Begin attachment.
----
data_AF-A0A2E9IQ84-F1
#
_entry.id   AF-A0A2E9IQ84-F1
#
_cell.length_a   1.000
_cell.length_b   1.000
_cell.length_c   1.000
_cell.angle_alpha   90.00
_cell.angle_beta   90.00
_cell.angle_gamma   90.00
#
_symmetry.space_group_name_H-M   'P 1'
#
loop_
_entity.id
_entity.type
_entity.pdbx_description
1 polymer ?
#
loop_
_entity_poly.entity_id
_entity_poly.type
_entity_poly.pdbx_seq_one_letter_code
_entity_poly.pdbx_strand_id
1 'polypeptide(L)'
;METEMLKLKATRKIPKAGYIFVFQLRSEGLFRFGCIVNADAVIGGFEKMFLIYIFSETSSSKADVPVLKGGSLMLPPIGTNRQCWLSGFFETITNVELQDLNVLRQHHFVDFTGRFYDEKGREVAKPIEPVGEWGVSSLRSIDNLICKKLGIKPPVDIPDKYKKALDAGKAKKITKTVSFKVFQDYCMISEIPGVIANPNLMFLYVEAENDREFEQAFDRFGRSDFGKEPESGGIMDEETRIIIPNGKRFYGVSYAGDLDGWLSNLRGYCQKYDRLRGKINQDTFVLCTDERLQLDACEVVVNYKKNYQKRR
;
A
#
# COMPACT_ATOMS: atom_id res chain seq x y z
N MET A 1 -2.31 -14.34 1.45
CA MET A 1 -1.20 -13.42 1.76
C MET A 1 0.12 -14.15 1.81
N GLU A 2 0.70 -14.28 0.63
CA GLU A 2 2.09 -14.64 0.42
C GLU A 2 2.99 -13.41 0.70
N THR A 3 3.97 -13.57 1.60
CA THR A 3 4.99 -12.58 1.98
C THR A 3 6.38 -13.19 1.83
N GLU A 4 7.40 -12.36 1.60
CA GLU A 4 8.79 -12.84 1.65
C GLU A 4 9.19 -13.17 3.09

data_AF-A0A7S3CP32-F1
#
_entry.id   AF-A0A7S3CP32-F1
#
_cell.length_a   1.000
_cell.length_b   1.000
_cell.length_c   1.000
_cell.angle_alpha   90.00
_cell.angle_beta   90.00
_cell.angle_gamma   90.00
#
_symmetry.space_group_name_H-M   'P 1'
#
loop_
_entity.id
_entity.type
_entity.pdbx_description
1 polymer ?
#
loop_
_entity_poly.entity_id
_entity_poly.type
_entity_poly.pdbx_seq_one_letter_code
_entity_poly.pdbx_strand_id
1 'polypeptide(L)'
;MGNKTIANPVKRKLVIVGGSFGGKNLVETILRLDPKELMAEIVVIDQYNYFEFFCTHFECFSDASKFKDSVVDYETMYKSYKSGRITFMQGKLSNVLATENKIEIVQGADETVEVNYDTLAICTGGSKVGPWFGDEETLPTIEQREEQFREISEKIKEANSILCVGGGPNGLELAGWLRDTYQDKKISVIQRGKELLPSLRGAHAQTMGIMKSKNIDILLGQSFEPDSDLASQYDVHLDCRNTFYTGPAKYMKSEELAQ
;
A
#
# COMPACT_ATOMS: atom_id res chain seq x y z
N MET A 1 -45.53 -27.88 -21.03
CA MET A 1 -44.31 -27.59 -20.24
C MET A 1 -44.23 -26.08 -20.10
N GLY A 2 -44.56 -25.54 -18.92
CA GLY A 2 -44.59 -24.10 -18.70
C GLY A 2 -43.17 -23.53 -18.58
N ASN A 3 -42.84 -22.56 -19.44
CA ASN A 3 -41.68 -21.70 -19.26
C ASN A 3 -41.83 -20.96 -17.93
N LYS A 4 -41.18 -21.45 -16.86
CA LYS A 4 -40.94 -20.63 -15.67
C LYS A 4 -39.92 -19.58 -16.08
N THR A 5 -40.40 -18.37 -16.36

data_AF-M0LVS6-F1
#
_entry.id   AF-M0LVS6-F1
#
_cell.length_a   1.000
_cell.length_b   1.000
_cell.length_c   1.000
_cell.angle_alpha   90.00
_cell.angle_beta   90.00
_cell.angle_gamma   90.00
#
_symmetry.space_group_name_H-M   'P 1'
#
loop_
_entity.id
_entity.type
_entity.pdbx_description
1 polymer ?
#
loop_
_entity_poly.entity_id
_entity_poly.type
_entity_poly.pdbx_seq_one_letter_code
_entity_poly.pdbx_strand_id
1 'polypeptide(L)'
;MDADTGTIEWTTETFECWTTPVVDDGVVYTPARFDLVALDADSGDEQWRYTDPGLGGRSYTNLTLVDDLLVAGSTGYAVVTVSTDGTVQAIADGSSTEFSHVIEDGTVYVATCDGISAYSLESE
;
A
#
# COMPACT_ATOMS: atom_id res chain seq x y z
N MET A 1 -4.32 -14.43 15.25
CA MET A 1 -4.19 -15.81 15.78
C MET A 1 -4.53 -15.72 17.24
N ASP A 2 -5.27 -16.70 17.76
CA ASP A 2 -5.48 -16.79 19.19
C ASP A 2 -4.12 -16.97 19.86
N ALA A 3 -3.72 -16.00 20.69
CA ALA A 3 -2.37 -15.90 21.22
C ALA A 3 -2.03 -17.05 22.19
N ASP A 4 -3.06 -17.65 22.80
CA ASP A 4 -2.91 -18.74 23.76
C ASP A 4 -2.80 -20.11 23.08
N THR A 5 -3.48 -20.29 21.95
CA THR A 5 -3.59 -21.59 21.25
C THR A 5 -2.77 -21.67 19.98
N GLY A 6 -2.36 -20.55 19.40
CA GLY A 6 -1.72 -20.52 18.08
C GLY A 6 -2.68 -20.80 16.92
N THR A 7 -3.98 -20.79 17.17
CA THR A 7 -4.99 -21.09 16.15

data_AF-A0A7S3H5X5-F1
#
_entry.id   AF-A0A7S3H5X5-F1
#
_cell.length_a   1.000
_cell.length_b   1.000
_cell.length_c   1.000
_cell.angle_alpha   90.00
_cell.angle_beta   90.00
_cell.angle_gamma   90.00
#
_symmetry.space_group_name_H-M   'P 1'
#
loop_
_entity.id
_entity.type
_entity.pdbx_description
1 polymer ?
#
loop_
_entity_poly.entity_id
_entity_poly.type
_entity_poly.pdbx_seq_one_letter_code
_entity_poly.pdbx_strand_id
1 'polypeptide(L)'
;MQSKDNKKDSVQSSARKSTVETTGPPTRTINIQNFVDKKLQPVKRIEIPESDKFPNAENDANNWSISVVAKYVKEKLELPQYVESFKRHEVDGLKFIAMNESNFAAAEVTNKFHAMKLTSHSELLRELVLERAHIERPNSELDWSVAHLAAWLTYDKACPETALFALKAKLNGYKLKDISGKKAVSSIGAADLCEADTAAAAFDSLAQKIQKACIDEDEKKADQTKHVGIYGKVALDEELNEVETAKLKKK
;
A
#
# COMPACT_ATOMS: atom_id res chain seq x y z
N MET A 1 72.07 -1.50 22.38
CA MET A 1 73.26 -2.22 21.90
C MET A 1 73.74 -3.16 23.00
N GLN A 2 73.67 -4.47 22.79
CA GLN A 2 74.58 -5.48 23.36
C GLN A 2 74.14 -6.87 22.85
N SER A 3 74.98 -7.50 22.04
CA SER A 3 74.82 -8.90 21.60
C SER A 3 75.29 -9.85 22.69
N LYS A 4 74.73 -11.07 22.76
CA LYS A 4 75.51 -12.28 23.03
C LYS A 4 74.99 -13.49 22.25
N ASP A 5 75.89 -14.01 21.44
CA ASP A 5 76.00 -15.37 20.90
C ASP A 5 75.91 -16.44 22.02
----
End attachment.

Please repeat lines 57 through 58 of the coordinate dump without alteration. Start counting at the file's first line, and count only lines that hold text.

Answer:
_entity.id
_entity.type